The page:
You don't have to lie about anyone because the truth about everyone is bad enough.
Mark told me right off: "You are going to get very angry with this book. You are going to go after Sultan Khan and his son with a spoon."
Mark was right: I did get angry reading this book.
Much of it was indeed in part because of Sultan Khan and his seven-teen year old son Mansur, how each treated the memebers of the family.
But most of it was the author herself.
It is just after the fall of the Taliban. War reporter Asne Seierstad, finds a bookshop and meets an elegant gryhaired man, the owner of the bookshop. After several visits, Anse is invited to Sultan Khan (not his real name) for the evening meal.
Here, the reporter meets many of Sultan's family and she decides she wishes to write a book about Sultan and his family.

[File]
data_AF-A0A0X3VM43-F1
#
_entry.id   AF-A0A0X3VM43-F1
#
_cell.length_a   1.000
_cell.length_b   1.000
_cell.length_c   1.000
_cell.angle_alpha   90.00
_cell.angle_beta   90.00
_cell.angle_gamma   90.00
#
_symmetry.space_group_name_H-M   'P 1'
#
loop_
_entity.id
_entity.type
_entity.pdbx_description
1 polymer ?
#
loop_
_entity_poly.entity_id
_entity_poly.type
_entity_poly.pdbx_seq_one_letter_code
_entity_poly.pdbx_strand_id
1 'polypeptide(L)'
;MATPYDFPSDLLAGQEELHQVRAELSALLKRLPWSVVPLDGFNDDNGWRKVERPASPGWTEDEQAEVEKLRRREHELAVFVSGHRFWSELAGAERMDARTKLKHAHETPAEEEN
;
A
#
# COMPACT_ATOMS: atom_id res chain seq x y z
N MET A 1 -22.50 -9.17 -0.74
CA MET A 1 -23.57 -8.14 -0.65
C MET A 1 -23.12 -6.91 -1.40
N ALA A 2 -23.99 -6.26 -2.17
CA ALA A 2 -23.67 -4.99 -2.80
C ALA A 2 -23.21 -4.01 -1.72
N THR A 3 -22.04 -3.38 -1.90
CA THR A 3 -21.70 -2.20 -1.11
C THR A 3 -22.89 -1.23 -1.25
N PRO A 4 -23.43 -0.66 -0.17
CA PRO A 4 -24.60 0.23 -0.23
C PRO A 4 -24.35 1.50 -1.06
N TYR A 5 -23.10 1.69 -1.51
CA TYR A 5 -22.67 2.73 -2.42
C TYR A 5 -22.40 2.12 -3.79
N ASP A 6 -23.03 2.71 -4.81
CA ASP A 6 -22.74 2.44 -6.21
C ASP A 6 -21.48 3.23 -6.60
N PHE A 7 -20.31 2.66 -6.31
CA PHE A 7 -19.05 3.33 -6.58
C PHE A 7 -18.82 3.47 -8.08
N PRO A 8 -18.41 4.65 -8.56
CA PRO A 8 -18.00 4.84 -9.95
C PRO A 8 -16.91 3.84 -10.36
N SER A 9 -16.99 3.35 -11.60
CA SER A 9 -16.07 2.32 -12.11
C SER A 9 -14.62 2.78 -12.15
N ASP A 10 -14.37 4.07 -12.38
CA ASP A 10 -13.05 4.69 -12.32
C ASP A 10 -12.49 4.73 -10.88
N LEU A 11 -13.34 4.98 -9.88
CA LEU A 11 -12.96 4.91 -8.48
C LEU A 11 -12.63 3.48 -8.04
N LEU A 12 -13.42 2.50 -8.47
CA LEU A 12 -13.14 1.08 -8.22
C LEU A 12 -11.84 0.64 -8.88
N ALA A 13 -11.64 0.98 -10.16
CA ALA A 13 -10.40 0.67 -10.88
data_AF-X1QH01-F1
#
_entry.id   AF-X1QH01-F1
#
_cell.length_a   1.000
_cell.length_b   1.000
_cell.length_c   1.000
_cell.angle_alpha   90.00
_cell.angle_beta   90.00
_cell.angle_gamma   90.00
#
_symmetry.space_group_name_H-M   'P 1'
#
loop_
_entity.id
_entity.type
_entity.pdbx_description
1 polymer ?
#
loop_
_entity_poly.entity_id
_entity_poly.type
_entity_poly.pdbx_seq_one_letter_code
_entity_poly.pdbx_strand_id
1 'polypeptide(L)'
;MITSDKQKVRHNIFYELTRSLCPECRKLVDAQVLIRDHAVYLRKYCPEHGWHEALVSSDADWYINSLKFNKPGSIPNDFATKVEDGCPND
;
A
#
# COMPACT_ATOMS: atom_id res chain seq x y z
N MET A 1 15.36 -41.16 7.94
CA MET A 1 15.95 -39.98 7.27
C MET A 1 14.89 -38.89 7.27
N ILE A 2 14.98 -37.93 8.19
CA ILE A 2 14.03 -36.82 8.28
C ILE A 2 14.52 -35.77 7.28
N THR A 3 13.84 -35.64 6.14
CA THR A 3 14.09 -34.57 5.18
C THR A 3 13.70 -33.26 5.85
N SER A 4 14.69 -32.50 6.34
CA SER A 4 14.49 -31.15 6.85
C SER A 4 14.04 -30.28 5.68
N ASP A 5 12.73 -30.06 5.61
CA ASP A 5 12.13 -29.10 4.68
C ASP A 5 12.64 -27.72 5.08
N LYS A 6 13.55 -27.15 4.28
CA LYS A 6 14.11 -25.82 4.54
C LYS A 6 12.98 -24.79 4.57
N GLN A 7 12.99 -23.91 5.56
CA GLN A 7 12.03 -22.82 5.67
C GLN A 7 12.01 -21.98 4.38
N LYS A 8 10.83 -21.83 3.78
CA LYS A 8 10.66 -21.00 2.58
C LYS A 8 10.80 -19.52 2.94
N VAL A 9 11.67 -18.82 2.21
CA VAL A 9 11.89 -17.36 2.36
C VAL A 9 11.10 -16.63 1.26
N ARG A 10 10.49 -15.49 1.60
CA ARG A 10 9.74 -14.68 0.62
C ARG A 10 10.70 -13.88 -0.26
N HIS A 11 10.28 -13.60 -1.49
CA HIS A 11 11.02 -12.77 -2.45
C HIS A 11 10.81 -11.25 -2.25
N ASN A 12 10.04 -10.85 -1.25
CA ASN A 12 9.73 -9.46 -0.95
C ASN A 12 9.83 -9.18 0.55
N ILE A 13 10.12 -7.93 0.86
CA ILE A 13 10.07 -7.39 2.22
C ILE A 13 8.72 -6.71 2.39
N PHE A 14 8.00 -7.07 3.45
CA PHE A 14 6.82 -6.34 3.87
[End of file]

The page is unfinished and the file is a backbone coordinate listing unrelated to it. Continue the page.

She states shw would need to live with him and his family.
He agrees and so for three months Asne is part of the Khan family, experiencing first hand his family life in the newly liberated city.
I frankly thought I would read a story about the BookSeller of Kabul; about how he came to be a seller of books, his customers and stories about the books themselves. I even had this imgaine of his telling stories to his family and friends, much like 1001 Arabian Nights.
Yes, one does learn how Sultan became a lover and sell of books, how he kept his business going. But it stops there.
The stories of the Bathing House, a family wedding and a trip to the Bazaar are the highlights of the book. How women in burkas keep track of each other; by looking down for familiar shoes. That the BathHouse is one of those few places women have some freedoms, can feel clean and fresh, even if it is for a short time.
Over the weekend, I had to pu the book down. I was becoming depressed....oppressed...like the women I was reading about.
I have a few more chapters to go, but I fear this is no happy ending in sight.
I find it interesting, but I shall not read this book again.
Nor do I recommend it.